The SEC’s bureaucracy is a common complaint among bankers, traders and other financial services workers. Officials spend years launching, investigating and charging parties engaged in wrongdoing. In June, Peter Madoff was charged with fraud, four long years after his brother Bernie. It took a decade for the SEC to hold an Ohio fraudster accountable financially, except by then he was no longer living. In 2002, a tipster alerted the commission’s Midwest Regional Office that Cleveland-based investor adviser Robert Pinkas engaged in fraud. Seven years later, the SEC alleged that Pinkas overstated the value of equity and debt investments in two private companies. Pinkas died before the SEC’s scheduled hearing in March to determine whether he misappropriated more than $800,000 of client money to pay fines and penalties associated with the charges filed in 2009. It’s possible that Pinkas’s earlier activities didn’t merit an inquiry, but unlikely.
More to the point, the agency is paper-heavy, short-staffed and underfunded. The number of reports and opinions it releases is staggering. Regulators might consider adjusting rules and procedures to facilitate efficiency. It also might benefit from using new technologies, such as sites that crowd-source whistle-blower information.
And, finally, the agency also suffers from low morale. Last year, the SEC ranked 27th out of 33 federal agencies for workplace happiness, according to a survey by the Partnership for Public Service. In 2007, it came in third. The revolving-door issue also is worth repeating. Young lawyers who start their careers in government often do so to jump, eventually, into the private sector. A former SEC lawyer in Texas was fined $50,000 for violating rules of conduct when he billed for hours related to client matters that he had participated in while working at the agency. This underscores the commission’s entanglement with the private sector that might lead a lawyer to pursue less aggressively entities represented by firms that might later employ him.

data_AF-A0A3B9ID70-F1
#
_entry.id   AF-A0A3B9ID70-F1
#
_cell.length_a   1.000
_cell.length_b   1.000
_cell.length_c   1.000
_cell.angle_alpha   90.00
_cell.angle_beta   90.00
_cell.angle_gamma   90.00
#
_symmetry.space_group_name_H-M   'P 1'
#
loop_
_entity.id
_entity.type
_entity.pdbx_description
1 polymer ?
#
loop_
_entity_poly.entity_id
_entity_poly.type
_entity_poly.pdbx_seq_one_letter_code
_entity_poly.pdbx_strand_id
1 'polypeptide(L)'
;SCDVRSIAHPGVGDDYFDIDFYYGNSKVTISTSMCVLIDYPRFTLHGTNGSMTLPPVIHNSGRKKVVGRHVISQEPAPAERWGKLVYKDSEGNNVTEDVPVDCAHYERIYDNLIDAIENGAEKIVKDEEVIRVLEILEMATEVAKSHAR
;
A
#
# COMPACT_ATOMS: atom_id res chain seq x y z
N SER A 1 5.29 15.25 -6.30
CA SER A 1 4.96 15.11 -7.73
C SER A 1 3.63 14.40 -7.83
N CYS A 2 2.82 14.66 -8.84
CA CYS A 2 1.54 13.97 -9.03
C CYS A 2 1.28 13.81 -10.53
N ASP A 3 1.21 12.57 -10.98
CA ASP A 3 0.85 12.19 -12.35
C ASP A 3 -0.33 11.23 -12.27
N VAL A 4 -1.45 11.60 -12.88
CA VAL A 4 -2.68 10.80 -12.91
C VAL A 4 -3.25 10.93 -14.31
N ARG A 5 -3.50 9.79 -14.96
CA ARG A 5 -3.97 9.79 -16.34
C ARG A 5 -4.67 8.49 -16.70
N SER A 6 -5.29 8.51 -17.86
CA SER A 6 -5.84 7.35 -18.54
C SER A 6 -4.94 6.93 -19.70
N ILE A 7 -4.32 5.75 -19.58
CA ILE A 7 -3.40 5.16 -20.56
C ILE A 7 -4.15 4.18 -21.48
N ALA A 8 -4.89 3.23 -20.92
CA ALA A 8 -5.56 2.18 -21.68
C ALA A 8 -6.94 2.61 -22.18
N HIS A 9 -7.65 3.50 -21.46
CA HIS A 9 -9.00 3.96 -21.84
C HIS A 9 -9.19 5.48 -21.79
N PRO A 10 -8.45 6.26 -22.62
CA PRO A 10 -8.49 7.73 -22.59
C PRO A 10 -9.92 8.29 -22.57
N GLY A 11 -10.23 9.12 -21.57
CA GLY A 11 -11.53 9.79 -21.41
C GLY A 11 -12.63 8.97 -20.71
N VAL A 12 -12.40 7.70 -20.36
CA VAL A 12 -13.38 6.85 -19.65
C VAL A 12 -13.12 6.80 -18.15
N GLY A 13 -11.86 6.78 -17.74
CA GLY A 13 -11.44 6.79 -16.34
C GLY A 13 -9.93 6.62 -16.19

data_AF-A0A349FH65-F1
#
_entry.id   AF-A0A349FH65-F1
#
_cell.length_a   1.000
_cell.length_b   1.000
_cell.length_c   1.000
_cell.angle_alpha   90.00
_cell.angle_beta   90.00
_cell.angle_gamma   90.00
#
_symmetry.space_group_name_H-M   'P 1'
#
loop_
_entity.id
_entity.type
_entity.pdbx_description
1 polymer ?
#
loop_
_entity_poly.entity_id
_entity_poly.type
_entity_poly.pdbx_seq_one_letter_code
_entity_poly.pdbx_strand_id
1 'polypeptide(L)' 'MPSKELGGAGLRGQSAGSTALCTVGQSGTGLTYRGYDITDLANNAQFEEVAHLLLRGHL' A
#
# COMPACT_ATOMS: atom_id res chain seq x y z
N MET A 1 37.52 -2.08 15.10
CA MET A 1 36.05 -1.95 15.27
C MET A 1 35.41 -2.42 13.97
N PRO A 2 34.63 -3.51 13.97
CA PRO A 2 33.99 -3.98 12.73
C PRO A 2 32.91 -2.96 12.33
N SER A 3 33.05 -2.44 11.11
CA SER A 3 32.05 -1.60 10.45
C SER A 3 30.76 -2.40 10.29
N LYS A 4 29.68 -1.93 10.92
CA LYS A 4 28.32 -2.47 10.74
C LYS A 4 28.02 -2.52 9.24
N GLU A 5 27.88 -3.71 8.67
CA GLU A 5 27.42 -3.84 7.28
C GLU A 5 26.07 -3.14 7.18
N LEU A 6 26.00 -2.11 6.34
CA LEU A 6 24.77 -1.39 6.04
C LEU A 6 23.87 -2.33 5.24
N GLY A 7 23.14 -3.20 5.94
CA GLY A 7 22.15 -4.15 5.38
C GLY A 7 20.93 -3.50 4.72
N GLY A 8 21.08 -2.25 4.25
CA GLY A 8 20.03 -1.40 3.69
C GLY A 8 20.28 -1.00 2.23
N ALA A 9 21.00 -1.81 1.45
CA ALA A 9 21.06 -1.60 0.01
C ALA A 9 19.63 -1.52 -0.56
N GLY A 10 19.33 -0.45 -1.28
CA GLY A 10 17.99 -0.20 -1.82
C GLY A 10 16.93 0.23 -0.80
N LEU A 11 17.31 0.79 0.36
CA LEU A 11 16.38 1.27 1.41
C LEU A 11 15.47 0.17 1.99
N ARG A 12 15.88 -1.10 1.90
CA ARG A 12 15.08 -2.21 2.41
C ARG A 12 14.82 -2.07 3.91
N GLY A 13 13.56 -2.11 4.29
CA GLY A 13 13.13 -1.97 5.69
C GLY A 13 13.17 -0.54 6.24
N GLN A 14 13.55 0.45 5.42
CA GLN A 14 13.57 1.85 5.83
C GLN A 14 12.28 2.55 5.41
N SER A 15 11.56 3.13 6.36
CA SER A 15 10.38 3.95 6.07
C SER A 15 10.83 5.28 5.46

It’s hard to tell whether the commission is evolving. In 2011, the SEC brought a record 735 enforcement actions and received $2.8 billion in penalties and disgorgements. But Bloomberg’s Josh Gallu noted that one-third of the matters weren’t new, and there were actually fewer accounting fraud cases. Still, for 89 accounting-related actions, 113 individuals were charged, including 53 senior directors and 5 independent directors. And it still only collects minuscule penalties that offer little deterrence and are like slaps on the wrist for multimillion-dollar corporations. But the SEC has cracked down on insider trading, created a group that handles companies with overseas headquarters that trade on U.S. exchanges and is investigating “zombie funds,” or inactive ones where managers continue to get fees. The inquiry into the exchanges is also a big shift for the commission, though its effort to overhaul money-market funds has stalled.
Reform of an elephantine agency is hardly a prospect anyone wants to contemplate. But if the SEC continues to lose high-profile enforcement cases, it’s possible that Americans will lose faith in the agency in the same way, as Chairman Mary Schapiro said, they have lost faith in the markets regulated by it.
PHOTO: Mary Schapiro, chairman of the Securities and Exchange Commission, testifies before a House Financial Services Committee hearing on “Examining Bank Supervision and Risk Management in Light of JPMorgan Chase’s Trading Loss” on Capitol Hill in Washington, June 19, 2012. REUTERS/Kevin Lamarque